These minnows are supposed to be very hardy, so don't doubt some/most can survive, and it might be beneficial population control to not feed them, but would hate to lose everyone and have to start fresh next year. If we get a really cold winter, it can last late Oct. to early March.
 
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You’ll mess up the chemistry of the ammonia at a time when the plants are dormant. No feeding in the winter. You’re just feeding algae which is eating fish poop.

if they are hungry they can eat algae.
 
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Pond isn't as mature as yours yet. Just starting to get some type of weird plant-like ground cover on the silt muck slowing expanding out near the one shore. Maybe baby kelp? So many strange plants growing out of thin air (or fat water lol) it's hard to tell what's what at times.

These minnows are supposed to be very hardy, so don't doubt some/most can survive, and it might be beneficial population control to not feed them, but would hate to lose everyone and have to start fresh next year. If we get a really cold winter, it can last late Oct. to early March.
Honestly, if you DID happen to lose them all (which I doubt) it would most likely NOT be because you didn't feed them over the winter. Actually, feeding them during a time when the water is cold, biological activity is almost non-existent, and they probably don't even consume what you throw in there, is going to create a situation where you're MORE likely to lose fish.
 
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I have rosy red minnows in my approximate 6 by 6 foot, 8-9 inches deep pond. Three Augusts ago, I put 12-15 or so in my pond. When it got so cold (zone 6 a/b) that I turned my pump off (maybe October-November), I completely forgot about them.

No food, I let the water level drop as the hoses were frozen. When the water warmed up enough for me to start my pump again (February or March), I just happened to see a couple of the fish swimming around. I had forgotten that they were there and had assumed they all died.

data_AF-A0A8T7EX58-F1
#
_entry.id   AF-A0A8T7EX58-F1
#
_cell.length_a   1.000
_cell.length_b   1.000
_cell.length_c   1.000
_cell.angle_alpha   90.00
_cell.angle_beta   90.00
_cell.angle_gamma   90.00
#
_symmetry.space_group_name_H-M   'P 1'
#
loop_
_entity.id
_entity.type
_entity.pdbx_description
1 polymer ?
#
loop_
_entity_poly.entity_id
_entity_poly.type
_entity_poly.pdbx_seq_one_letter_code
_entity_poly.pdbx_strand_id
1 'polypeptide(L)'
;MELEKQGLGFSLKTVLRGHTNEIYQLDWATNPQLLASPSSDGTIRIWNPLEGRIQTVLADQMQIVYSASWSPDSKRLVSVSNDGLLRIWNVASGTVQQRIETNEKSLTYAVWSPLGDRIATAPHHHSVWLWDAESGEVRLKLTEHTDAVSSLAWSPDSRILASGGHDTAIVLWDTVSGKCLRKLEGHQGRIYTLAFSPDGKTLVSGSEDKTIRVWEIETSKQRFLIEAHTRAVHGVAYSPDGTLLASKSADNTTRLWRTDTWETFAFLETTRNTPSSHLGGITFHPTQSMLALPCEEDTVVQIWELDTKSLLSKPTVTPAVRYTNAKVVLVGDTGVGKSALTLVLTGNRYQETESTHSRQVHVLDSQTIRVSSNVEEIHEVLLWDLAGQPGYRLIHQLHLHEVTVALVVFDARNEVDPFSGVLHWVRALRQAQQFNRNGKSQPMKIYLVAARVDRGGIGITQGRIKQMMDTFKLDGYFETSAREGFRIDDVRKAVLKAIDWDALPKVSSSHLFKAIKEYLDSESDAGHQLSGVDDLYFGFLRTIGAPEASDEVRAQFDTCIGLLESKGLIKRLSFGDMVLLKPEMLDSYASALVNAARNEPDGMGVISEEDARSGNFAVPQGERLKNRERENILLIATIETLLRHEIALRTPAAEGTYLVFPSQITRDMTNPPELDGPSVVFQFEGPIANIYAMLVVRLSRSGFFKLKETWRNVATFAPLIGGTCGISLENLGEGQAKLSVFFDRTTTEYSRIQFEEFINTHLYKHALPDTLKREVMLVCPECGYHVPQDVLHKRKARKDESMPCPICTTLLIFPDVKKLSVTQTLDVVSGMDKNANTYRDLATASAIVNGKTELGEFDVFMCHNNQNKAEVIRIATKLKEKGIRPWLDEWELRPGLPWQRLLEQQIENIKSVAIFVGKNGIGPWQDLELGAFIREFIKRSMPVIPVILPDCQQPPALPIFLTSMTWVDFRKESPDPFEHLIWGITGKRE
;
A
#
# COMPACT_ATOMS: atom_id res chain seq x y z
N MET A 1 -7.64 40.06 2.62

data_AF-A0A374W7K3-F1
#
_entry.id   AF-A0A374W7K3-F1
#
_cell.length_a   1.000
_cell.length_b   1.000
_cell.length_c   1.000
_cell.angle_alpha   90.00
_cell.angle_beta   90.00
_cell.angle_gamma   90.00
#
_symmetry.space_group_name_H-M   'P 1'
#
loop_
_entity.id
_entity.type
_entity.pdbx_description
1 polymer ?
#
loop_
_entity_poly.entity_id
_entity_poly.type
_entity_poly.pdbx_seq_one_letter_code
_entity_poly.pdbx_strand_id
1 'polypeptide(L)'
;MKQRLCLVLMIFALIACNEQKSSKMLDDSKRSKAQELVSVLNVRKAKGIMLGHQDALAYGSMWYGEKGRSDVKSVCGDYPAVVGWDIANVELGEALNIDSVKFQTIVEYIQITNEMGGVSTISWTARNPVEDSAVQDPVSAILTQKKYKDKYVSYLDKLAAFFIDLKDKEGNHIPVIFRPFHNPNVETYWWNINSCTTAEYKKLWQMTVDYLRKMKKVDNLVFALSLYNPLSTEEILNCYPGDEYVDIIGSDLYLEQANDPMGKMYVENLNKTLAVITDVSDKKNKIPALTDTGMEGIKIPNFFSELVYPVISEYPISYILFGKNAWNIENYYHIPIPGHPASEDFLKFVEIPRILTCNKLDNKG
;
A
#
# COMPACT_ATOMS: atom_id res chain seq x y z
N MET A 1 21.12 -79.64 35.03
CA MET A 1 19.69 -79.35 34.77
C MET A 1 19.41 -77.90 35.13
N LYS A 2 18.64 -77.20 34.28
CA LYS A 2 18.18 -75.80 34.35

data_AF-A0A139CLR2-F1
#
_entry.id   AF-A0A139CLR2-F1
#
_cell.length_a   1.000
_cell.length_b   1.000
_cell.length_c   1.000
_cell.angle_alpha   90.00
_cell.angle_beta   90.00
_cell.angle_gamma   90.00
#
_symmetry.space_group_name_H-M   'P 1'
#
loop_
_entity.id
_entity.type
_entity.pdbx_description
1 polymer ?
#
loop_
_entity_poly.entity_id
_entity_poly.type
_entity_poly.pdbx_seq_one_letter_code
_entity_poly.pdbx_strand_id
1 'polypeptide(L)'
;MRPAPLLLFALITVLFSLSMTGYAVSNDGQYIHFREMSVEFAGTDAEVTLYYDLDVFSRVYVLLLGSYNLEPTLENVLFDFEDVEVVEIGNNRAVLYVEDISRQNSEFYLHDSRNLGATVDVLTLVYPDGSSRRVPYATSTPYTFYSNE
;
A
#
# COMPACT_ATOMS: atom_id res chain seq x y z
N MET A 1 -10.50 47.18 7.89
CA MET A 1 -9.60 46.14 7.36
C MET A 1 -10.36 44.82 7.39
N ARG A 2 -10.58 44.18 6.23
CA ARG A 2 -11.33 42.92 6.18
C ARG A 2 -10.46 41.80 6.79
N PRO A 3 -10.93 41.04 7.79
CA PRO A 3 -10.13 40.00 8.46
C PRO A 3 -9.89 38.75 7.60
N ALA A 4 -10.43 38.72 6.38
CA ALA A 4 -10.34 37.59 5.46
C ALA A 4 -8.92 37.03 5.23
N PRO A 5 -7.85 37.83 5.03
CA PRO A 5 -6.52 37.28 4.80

They went all winter without me feeding them or doing anything for them. They produced several sets of fry over last summer, as they have this summer.

No need to feed them. I don't know where you are located, but still a couple of months for algae to grow.

I have fed mine cichlid pellets, goldfish flakes and frozen brine shrimp. I have yet seen them eat any of it.

I don't ever see the adults as they stay hidden all the time. One will flash out for me every once in a great while, so, I have no idea how many adults I have in the pond. But, I probably have 30+ or so fry swimming around all the time.
 
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Alright, no feeding it is! Thanks everyone.

Literal explosion of minnows, which is jarring knowing they came from a few that toughed out the sink to pond transplant! Everyone is swimming out in the open now, so it's easy to see them in daylight.....so many minnows!!
 
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Weather is all over the place atm. Last week was sustained mid/upper 20's and today is 61 with torrential rain. Anyhow, been periodically looking in and minnows seem unfazed. Strange seeing them out and about when it's snowing, but still cool.